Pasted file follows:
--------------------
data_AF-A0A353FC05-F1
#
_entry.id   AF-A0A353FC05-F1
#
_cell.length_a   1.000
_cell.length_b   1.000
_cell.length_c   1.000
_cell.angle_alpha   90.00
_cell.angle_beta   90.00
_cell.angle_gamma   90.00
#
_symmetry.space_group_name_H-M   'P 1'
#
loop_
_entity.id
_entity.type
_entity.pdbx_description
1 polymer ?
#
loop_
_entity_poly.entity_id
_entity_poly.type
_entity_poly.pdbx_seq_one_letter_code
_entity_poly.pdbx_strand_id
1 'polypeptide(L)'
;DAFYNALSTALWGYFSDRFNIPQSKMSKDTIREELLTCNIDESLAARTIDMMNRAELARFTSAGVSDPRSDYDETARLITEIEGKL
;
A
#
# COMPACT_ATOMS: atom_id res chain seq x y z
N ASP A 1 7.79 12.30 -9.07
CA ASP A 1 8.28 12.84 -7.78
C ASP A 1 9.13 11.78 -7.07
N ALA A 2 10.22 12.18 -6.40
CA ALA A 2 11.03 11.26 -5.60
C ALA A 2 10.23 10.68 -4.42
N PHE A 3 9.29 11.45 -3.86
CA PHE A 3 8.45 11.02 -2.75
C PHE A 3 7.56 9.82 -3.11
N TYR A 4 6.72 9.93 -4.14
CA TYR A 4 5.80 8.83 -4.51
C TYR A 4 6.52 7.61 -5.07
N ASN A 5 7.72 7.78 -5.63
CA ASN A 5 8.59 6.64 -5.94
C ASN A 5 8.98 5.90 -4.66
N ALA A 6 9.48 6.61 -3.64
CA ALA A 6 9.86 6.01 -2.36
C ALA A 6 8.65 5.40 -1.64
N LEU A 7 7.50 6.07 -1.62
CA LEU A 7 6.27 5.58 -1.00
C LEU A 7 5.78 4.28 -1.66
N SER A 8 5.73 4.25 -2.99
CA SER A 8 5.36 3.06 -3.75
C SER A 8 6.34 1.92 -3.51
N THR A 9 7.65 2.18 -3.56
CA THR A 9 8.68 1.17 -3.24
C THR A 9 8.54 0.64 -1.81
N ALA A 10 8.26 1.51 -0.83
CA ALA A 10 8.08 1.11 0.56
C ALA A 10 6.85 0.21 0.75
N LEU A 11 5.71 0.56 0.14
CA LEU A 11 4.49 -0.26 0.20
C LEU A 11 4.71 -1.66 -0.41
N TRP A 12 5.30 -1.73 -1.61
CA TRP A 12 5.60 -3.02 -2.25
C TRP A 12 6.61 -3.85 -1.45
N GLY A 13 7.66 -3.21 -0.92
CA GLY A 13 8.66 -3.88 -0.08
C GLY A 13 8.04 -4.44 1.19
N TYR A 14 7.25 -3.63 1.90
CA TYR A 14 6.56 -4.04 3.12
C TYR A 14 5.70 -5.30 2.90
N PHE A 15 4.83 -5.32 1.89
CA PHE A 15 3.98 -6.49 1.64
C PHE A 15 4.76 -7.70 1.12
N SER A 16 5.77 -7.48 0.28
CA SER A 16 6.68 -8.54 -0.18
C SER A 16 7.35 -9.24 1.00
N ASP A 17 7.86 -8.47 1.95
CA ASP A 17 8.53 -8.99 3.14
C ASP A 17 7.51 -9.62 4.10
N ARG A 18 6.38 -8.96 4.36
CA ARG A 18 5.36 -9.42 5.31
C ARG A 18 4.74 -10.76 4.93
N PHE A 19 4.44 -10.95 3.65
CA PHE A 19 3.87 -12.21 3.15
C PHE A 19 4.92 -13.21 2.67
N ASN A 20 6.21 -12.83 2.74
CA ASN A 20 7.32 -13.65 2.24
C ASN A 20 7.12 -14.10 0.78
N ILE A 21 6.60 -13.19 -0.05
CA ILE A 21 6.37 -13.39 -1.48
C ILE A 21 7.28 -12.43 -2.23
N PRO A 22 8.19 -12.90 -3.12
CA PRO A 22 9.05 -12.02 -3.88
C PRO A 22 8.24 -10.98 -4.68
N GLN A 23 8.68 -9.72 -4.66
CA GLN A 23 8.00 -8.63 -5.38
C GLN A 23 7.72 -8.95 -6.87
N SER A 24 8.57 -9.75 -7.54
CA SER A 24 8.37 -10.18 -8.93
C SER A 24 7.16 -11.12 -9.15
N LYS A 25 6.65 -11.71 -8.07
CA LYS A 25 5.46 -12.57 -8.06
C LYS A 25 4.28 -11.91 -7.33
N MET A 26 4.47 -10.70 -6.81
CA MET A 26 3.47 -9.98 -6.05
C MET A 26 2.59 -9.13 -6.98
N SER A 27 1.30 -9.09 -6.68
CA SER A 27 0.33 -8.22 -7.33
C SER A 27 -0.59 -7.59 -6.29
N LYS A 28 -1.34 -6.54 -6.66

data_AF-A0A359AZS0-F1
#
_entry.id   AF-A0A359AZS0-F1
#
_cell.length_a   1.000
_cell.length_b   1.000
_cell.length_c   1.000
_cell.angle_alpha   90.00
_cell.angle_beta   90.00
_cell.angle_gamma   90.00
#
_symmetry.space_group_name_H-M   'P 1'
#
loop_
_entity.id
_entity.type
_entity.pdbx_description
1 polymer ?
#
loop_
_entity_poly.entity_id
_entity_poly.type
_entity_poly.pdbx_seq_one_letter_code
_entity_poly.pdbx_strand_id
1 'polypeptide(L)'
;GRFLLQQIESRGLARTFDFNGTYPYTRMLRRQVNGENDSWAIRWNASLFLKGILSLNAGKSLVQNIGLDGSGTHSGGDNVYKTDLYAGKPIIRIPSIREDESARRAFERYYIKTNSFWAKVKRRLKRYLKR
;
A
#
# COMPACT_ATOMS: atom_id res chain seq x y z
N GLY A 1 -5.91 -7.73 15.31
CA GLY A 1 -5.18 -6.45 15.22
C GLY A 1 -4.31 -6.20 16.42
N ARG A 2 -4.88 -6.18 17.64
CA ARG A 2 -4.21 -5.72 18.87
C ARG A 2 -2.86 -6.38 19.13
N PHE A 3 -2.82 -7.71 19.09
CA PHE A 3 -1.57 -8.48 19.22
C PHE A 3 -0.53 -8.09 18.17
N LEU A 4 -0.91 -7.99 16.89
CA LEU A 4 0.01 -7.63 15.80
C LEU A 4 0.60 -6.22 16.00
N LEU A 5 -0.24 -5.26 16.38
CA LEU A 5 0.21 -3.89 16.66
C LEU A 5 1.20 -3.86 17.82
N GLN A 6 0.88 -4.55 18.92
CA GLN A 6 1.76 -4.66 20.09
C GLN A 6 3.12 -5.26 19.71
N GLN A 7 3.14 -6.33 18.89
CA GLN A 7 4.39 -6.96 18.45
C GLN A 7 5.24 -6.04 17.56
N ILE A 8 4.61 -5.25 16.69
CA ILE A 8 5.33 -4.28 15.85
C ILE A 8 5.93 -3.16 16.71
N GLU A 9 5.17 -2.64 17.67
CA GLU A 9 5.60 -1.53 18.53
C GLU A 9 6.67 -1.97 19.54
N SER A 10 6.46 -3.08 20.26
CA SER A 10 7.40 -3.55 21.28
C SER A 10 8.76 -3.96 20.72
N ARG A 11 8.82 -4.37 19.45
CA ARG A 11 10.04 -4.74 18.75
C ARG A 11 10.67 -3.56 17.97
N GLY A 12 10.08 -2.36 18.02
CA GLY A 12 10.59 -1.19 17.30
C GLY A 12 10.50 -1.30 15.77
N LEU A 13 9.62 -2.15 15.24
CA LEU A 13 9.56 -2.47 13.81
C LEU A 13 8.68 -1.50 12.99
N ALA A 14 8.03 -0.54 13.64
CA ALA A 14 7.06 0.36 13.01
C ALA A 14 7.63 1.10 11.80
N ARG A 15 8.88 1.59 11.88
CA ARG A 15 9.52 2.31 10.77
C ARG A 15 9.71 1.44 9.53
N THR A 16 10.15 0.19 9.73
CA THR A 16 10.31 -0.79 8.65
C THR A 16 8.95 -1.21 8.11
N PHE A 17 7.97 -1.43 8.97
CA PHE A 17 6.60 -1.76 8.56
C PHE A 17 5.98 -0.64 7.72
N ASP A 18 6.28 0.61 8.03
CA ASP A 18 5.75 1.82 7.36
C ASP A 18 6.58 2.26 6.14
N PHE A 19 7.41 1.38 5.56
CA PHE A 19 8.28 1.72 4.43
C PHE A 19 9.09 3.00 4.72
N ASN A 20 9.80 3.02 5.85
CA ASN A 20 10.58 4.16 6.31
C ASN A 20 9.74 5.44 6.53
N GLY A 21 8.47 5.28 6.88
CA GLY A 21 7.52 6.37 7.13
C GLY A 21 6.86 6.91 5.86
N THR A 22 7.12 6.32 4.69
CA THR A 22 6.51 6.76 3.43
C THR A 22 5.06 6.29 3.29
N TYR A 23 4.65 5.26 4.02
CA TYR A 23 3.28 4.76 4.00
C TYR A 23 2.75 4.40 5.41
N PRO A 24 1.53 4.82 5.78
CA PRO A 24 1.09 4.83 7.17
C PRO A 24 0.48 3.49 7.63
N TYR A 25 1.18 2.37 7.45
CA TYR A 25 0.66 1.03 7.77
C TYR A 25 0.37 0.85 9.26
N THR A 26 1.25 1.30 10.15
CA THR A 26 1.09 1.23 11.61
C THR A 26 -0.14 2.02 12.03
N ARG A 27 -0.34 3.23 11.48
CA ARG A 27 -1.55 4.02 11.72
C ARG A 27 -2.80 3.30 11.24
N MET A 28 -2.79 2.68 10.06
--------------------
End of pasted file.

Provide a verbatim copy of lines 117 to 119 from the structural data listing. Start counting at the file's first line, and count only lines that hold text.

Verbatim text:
_cell.length_a   1.000
_cell.length_b   1.000
_cell.length_c   1.000